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Review of Turtle doc (part 1)

From: Andy Seaborne <andy.seaborne@epimorphics.com>
Date: Fri, 30 Mar 2012 15:43:11 +0100
Message-ID: <4F75C67F.9020303@epimorphics.com>
To: RDF-WG <public-rdf-wg@w3.org>

First part of a review of the Turtle document, up to the ened of section 
5 (the Turtle grammar).

I'm getting this out now because it covers the structure and audience of 
the document and because it's already a bit long.


== General

1/ Audience:

Who is the audience for the document?

   Data authors?
   Parser writers?

The doc, especially in the early sections, feels much more centered on 
parser writers but I'd like to see it being for data authors with parser 
writers material pushed towards the back in a "theory" section.

2/ Turtle? N-Triples?

The document, especially in the earlier sections, talks a lot about 
N-triples, e.g "Introduction" has an N-Triples example but no Turtle.

It reads almost like an Turtle/N-Triples comparison at times with Turtle 
assumed background knowledge.

It would be better to define Turtle, then to discuss N-Triples if you 
want to frame N-triples as a simple subset of Turtle.

The mixture, and comparing Turtle to N-triples (section 1 and 2), is 
quite confusing.  (Alternative, start with writing down triples, then 
introduce the Turtle syntax forms for better expression. But I suggest 
the "describe Turtle, then N-Triples" approach.)

2/ Grammars
    The two grammar are presented differently.
    The Turtle grammar is not up-to-date (e.g. the IRI naming changes)
    The Turtle grammar has some presentation issues.

    There is a reference to the BNF as definitive - but
    this doc is definitive and normative isn't it?

3/ Resolve all design issues.

There are various notes (not just note boxes) that need to be removed 
for last call.

== Title

The title is "Turtle" but the document covers Turtle and N-Triples.

"Turtle and N-Triples: syntaxes for RDF."

Turtle: syntax for humans
N-Triples: syntax for machines

== Abstract

"This document defines a textual syntax ..."

It defines 2 syntaxes!

"Turtle provides levels of compatibility ..." lead this reader to expect 
a definition of "level" and a list of syntax items for each level. 


"There are still a few rough edges ..."

All rough edges about design must be removed for a LC.  As must this text.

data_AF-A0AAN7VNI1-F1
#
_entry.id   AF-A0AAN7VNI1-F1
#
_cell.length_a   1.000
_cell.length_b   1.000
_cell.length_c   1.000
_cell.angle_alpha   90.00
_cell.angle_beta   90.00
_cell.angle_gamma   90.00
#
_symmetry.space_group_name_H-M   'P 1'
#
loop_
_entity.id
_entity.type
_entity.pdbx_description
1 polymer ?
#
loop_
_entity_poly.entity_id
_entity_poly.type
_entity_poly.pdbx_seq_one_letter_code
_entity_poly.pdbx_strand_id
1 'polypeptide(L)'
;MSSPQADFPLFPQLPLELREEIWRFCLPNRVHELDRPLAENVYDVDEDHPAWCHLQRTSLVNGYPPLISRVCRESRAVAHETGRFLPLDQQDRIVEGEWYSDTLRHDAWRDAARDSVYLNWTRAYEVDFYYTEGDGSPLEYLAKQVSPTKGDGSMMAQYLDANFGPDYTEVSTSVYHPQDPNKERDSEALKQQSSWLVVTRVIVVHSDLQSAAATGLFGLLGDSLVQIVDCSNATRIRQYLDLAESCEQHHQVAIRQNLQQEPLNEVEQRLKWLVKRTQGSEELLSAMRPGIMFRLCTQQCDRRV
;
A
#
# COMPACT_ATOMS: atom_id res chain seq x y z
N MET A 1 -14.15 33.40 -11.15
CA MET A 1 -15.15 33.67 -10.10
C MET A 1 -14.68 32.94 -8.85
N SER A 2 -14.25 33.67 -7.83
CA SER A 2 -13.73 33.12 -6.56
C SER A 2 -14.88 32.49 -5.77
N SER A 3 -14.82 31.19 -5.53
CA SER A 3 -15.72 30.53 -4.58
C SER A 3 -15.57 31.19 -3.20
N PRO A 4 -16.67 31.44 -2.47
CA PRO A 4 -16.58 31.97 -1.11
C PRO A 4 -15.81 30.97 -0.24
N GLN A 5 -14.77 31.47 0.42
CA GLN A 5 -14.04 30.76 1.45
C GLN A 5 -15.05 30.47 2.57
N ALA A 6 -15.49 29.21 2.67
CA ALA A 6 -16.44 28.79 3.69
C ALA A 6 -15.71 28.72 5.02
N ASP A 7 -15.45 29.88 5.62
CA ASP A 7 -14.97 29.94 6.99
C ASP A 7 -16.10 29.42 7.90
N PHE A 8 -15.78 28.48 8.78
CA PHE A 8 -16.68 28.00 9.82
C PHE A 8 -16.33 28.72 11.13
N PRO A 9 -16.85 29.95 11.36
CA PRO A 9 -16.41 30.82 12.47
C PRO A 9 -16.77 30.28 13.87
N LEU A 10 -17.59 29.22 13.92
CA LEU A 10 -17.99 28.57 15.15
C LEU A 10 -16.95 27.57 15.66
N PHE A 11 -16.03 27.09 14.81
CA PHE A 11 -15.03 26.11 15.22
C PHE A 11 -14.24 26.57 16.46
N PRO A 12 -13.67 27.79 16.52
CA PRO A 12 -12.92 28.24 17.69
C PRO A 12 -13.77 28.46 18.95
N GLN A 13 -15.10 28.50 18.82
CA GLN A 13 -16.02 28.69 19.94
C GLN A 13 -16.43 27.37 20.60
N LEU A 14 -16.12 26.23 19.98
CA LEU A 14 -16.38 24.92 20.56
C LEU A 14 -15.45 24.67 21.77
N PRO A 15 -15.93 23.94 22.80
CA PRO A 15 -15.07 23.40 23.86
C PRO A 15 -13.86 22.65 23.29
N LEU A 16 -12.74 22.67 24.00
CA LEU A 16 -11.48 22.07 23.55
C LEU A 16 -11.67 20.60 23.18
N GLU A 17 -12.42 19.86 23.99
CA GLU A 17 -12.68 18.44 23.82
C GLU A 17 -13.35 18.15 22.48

"The working group does not expect to make any large changes to the 
existing syntax."

Debatable and not an item for LC.

== 1 Introduction

* Remove "which in turn borrows ...."

The history lesson is a distraction in defining a spec.  Just say what 
Turtle is, not frame it relative to other things.

* para 2: remove the NT discussion.

* Remove NT example.

* Put in an example of realistic Turtle (not all syntax forms).  There 
isn't one until much later.

* As there is no tutorial section, the introduction needs to give the 
reader a brief overview.

* Add a document outline to explain the document structure.

== 2 RDF Terms in Turtle and N-Triples.

The TTL/NT thing again.

* "three types of RDF terms" -- from a syntax point of view there are 
more: IRIs, prefixed names, literals, label bnodes, []-bnodes.  This is 
what 2.1.1 is about - two ways to write IRIs.

The doc is moving between abstract data model and concrete syntax.

* Links and using the names of grammar productions is confusing.
   Very early to be thinking about the parser writer as the reader here.

== 2.1.1 Relative IRIs and Prefixed Names in Turtle.

This is two different sections - have one section on prefixed names and 
one on IRI resolution.

The second sentence is the definition. "A Prefixed Name is ..."  Put 
this first.

Not sure that "a prefixed name is mapped to an IRI" is clear - it's a 
process of mapping the prefix part and concatenating the local part.

"Note" - remove or at least put much later.

All this diving into escape sequences and differences from XML before 
it's clear what a prefixed name is,

"Relative IRIs are combined .. " use "resolved" not "combined" which